No worries! The wall surface gives me the excuse to have the letters be less than perfect.
It was really satisfying to mix up the right blue for the outline of the letters and the “pinstripe”. I love to mix colors!
Now all that is left is the base on which the statue rests, finishing the re-bluing at the bottom, the words at the bottom, and the lower parts of the little light blue stripe. Plus, I want to hide something in the mural. That is really fun. I put an old fashioned fireman’s hat in the mural on the fire station tank and a hiking boot in the Sequoia Outdoor Sports mural.
I wonder what belongs in this one. . . I think there are 2 more afternoon’s worth of painting, so I have a little bit of time to figure out what to paint and where to paint it.
Many thoughts go through my head as I paint on this wall. Have a look:
1. Monrovia Nursery’s trucks are quiet for big rigs.
2. When 2 trucks pass going in opposite directions by the mural, it isn’t twice as loud as one. They sort of cancel each other’s noise out a little bit.
3. Some trucks use their Jake Brakes – WHY??? It is flat, flat, flat on this road – why use a compression brake at all?
4. Cars travel in packs.
5. People tailgate as if it will cause someone else to go faster and as if it isn’t the main cause of wrecks. I actually thought a car was being towed by a big rig for a moment. . . it was just tailgating to a crazy degree.
6. My long time friend Jim and other friend Keith-The-Generous-Man-With-A-Flatbed-Truck both stopped by. I really appreciated it. We shouted at one another a bit, smiled, waved, and moved on.
7. Maybe new earplugs would help.
8. The traffic diminishes after 6:30 p.m. until the very moment I want to pull out on the road. Then there are multiple wolf-packs of cars coming in both directions, but few big rigs at 7 p.m.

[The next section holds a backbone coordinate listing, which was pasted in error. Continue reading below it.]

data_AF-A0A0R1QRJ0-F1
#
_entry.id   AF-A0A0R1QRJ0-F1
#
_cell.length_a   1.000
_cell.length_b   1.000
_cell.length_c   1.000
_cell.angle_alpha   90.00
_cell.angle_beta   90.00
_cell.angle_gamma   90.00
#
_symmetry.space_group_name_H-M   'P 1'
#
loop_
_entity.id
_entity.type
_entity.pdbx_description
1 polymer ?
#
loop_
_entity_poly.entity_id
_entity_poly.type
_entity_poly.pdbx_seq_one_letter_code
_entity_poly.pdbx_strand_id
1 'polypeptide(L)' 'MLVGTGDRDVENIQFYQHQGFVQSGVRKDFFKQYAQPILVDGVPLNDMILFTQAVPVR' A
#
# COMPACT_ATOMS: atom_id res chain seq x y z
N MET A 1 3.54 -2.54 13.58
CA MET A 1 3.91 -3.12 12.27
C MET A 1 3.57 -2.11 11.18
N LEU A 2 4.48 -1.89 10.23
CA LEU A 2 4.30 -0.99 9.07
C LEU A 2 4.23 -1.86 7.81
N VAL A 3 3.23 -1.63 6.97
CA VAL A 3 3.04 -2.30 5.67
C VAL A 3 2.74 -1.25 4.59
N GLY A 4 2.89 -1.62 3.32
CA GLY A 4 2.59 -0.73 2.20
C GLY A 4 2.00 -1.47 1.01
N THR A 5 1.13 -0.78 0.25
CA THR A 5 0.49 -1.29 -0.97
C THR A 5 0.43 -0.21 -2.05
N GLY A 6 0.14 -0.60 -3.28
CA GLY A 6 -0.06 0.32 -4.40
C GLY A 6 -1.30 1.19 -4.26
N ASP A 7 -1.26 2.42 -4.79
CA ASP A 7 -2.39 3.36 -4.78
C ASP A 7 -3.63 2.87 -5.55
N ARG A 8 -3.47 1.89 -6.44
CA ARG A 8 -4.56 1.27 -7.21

This is what I see from the back of the truck when my back is to the wall. You can see part of Rocky Hill. Hard to believe this country road gets the amount of traffic that it does.
This is looking south from the back of the truck. Those things on poles are wind machines. That is an orange grove of youngish trees. The sky is polluted. Welcome to California (Now, go home.)
Next, finish repainting the blue, paint a border, paint the wording, and finish the base. Can I do it in 2 days? I’m so ready to be finished with the rough wall and the NOISE.
I still love painting murals, seeing it come together, getting the big impact, mixing the colors, figuring out how to tackle things that are a little too hard for me. It is my opinion that Rocky Hill Antiques should do at least 2 more of these packing label murals. After all, their building says something about “the old packing shed”, which is exactly what it is. I wonder if they could all be from Rocky Hill Farming. Maybe they should all be blue!
I was in Wilsonia for the morning and then had to blast down to Exeter to get to Rocky Hill Antiques because I knew there was a great help awaiting my arrival. (Little did I know I’d have a visitor, the wonderful Diane who has been following and commenting on my blog for years now – bless you, my Orange County friend! THANK YOU for making time to stop by!)
Check this out! It is the Perfect Height and location for working on the Indian Outlaw. I can back up to see how it looks from a distance without climbing off the ladder!
First, I mixed a better (more accurate) blue. It matches the label more closely, although I think the old navy color is beee-yooo-teee-ful. (Check out the color of the background of my website and this blog – obviously this color makes my heart sing.)
The first layer on the horse head is a little rough. The first layer on anything is a little rough.
Better! Tomorrow I’ll probably add a few more details or see other parts to improve. and the colors aren’t entirely accurate on the computer screen. Let’s back up for a fuller view:
You can see the 2 shades of blue. I’m saving the painting of that part for a day when it is too hot to mix and blend colors, or maybe when a friend stops by and asks to help (you never know. . .!)
Isn’t this truck THE BEST THING EVER??